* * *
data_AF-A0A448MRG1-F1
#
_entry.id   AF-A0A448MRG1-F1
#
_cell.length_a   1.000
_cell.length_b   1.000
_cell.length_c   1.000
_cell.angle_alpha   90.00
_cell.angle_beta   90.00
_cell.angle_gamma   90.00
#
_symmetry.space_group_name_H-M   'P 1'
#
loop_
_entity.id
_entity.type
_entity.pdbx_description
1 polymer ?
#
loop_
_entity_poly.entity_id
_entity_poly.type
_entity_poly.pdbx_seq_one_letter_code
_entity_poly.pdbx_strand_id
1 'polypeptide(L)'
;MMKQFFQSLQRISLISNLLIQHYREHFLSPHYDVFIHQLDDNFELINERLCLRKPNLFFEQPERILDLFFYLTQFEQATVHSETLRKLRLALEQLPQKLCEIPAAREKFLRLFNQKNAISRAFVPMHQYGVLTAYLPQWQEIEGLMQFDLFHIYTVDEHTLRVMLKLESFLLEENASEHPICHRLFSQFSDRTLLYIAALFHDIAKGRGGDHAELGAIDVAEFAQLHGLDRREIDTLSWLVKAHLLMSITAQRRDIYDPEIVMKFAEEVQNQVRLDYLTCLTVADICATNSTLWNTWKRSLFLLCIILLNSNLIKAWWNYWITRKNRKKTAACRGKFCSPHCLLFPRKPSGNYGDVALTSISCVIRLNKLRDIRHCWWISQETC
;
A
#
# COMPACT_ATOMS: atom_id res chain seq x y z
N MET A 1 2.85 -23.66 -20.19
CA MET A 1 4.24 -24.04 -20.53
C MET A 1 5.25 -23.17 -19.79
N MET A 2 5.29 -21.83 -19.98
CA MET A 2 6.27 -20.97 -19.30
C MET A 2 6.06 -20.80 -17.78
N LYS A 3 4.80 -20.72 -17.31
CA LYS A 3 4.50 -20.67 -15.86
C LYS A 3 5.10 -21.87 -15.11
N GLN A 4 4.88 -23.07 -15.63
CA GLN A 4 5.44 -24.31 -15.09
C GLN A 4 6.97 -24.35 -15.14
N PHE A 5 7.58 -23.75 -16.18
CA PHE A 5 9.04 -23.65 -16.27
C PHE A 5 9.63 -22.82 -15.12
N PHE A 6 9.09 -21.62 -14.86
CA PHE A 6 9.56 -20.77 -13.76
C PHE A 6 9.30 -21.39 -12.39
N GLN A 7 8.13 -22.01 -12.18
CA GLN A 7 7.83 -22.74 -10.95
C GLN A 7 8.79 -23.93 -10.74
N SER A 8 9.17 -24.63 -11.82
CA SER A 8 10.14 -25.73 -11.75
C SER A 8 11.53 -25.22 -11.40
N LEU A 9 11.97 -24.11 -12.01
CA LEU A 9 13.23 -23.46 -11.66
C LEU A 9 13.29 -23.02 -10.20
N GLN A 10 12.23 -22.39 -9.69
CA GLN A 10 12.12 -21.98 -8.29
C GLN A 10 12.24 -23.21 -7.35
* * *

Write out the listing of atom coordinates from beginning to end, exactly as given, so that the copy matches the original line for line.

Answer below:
data_AF-A0A448MRG1-F1
#
_entry.id   AF-A0A448MRG1-F1
#
_cell.length_a   1.000
_cell.length_b   1.000
_cell.length_c   1.000
_cell.angle_alpha   90.00
_cell.angle_beta   90.00
_cell.angle_gamma   90.00
#
_symmetry.space_group_name_H-M   'P 1'
#
loop_
_entity.id
_entity.type
_entity.pdbx_description
1 polymer ?
#
loop_
_entity_poly.entity_id
_entity_poly.type
_entity_poly.pdbx_seq_one_letter_code
_entity_poly.pdbx_strand_id
1 'polypeptide(L)'
;MMKQFFQSLQRISLISNLLIQHYREHFLSPHYDVFIHQLDDNFELINERLCLRKPNLFFEQPERILDLFFYLTQFEQATVHSETLRKLRLALEQLPQKLCEIPAAREKFLRLFNQKNAISRAFVPMHQYGVLTAYLPQWQEIEGLMQFDLFHIYTVDEHTLRVMLKLESFLLEENASEHPICHRLFSQFSDRTLLYIAALFHDIAKGRGGDHAELGAIDVAEFAQLHGLDRREIDTLSWLVKAHLLMSITAQRRDIYDPEIVMKFAEEVQNQVRLDYLTCLTVADICATNSTLWNTWKRSLFLLCIILLNSNLIKAWWNYWITRKNRKKTAACRGKFCSPHCLLFPRKPSGNYGDVALTSISCVIRLNKLRDIRHCWWISQETC
;
A
#
# COMPACT_ATOMS: atom_id res chain seq x y z
N MET A 1 2.85 -23.66 -20.19
CA MET A 1 4.24 -24.04 -20.53
C MET A 1 5.25 -23.17 -19.79
N MET A 2 5.29 -21.83 -19.98
CA MET A 2 6.27 -20.97 -19.30
C MET A 2 6.06 -20.80 -17.78
N LYS A 3 4.80 -20.72 -17.31
CA LYS A 3 4.50 -20.67 -15.86
C LYS A 3 5.10 -21.87 -15.11
N GLN A 4 4.88 -23.07 -15.63
CA GLN A 4 5.44 -24.31 -15.09
C GLN A 4 6.97 -24.35 -15.14
N PHE A 5 7.58 -23.75 -16.18
CA PHE A 5 9.04 -23.65 -16.27
C PHE A 5 9.63 -22.82 -15.12
N PHE A 6 9.09 -21.62 -14.86
CA PHE A 6 9.56 -20.77 -13.76
C PHE A 6 9.30 -21.39 -12.39
N GLN A 7 8.13 -22.01 -12.18
CA GLN A 7 7.83 -22.74 -10.95
C GLN A 7 8.79 -23.93 -10.74
N SER A 8 9.17 -24.63 -11.82
CA SER A 8 10.14 -25.73 -11.75
C SER A 8 11.53 -25.22 -11.40
N LEU A 9 11.97 -24.11 -12.01
CA LEU A 9 13.23 -23.46 -11.66
C LEU A 9 13.29 -23.02 -10.20
N GLN A 10 12.23 -22.39 -9.69
CA GLN A 10 12.12 -21.98 -8.29
C GLN A 10 12.24 -23.21 -7.35